April 2018

The Developing Brain & Adverse Childhood Experiences (ACEs)

Thanks to an explosion in scientific research now possible with imaging technologies, such as fMRI and SPECT, experts can actually see how the brain develops. This helps explain why exposure to adverse childhood experiences can so deeply influence and change a child's brain and thus their physical and emotional health and quality of life across their lifetime. The above time-lapse study was conducted over 10 years. The darker colors represent brain maturity (brain development). I have added...

The Perks of a Play-in-the-Mud Educational Philosophy [theatlantic.com]

Most American kids don’t spend large chunks of their day catching salamanders and poking sticks into piles of fox poop. In a nation moving toward greater standardization of its public-education system , programs centered around getting kids outside to explore aren’t normal. But that’s precisely what students do at the Nature Preschool at Irvine Nature Center in Owings Mills, Maryland. There, every day, dozens of children ages 3 to 5 come to have adventures on Irvine’s more than 200 acres of...

International Congress in Paris: The Transition to School

For many children, the transition to a traditional elementary school setting, whether it be from home or a pre-school environment, represents a radical discontinuity - not just in terms of their physical environment, but on multiple levels, including values, behavioral and learning expectations, teacher attitudes, emotional support, etc. What if, in line with the latest neuroscientific discoveries about brain maturation, we were to re-envision early childhood education as commencing at birth...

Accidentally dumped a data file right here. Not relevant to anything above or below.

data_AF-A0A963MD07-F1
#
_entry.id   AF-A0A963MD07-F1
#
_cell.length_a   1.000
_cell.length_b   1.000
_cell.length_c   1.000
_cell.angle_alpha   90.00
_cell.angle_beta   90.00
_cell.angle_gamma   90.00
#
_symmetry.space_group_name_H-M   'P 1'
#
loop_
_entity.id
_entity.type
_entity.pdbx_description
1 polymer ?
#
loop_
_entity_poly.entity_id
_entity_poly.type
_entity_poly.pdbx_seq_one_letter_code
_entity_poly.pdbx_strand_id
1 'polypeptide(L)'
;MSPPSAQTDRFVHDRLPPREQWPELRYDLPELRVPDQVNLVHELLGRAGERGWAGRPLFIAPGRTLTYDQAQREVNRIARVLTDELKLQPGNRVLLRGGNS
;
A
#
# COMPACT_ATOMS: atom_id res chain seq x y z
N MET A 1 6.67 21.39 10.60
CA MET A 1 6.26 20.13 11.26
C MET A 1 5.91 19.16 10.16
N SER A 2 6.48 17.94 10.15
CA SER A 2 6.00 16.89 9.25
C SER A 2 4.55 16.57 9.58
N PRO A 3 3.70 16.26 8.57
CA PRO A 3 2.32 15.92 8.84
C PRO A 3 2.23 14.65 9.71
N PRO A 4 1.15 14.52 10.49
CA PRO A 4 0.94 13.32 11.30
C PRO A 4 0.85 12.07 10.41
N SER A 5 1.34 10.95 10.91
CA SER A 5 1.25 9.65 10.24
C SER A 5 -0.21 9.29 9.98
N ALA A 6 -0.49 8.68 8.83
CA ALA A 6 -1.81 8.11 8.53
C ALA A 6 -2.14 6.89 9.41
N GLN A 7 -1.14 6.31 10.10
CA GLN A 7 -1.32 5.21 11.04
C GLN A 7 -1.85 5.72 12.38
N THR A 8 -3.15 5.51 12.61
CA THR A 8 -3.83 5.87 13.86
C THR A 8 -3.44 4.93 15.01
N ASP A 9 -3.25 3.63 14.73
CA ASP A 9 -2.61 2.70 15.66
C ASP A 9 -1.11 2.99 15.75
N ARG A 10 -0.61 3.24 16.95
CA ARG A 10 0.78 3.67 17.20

Modeling prosocial behavior increases helping in 16-month-olds [sciencedaily.com]

Shortly after they turn 1, most babies begin to help others, whether by handing their mother an object out of her reach or giving a sibling a toy that has fallen. Researchers have long studied how this helping behavior develops, but why it develops has been examined less. A new study looked at the role of imitation to find that when 16-month-olds observe others' helping behavior, they're more likely to be helpful themselves. The findings come from researchers at the University of Münster and...

Issue Brief 61 - Addressing Trauma in Early Childhood [chdi.org]

Young children (under age 7) are exposed at high rates to potentially traumatic events such as abuse, violence, and loss of a loved one. Over half of all victims of child abuse in the U.S. are under age six. 1 Despite this, young children who are victims of trauma receive trauma-focused behavioral health treatments at much lower rates than older children. Since 2008, of the more than 10,000 children in Connecticut that have received effective trauma treatments, only 800 of these children...

Social-Emotional Development in the First Three Years [rwjf.org]

The Issue In the first three years of life, children achieve remarkable advances in social and emotional development (SED) that establish a foundation for later competencies. Yet even in the first three years, these achievements can be threatened by exposure to elevated stresses of many kinds. Family poverty, marital conflict, parental emotional problems, experiences of trauma, neglect, or abuse and other adversities cause some infants and toddlers to experience anxious fearfulness,...

What You Never Realized You Were Teaching Your Child About Grit & Resilience: MIT Study Captures Techniques That Work for Babies as Young as 13 Months [the74million.org]

Even at MIT, no one’s been able to create a computer as powerful as the brain of a baby. “They’re better at doing this fast learning from one or two examples than any computer algorithm we have right now,” MIT graduate student Julia Leonard said. “That’s a big interest here — everyone’s like, ‘We want a computer to learn like a baby.’ ” Leonard was curious about how babies learn too, so she gathered up more than 200 to analyze their genius brains. Specifically, she was interested in studying...

Self-Care Resources

Self-care is a key element of a trauma-informed approach, at individual, organization, and community levels. This internet resource list includes links to introductions to ACEs and the ACE Study, self-care, secondary trauma and mindfulness. Self-Care - General Self-Care Starter Kit, School of Social Work, University of Buffalo http://socialwork.buffalo.edu/...are-starter-kit.html Relaxation Tool Kit, Navy and Marine Corps Public Health Center...

 
×
×
×
×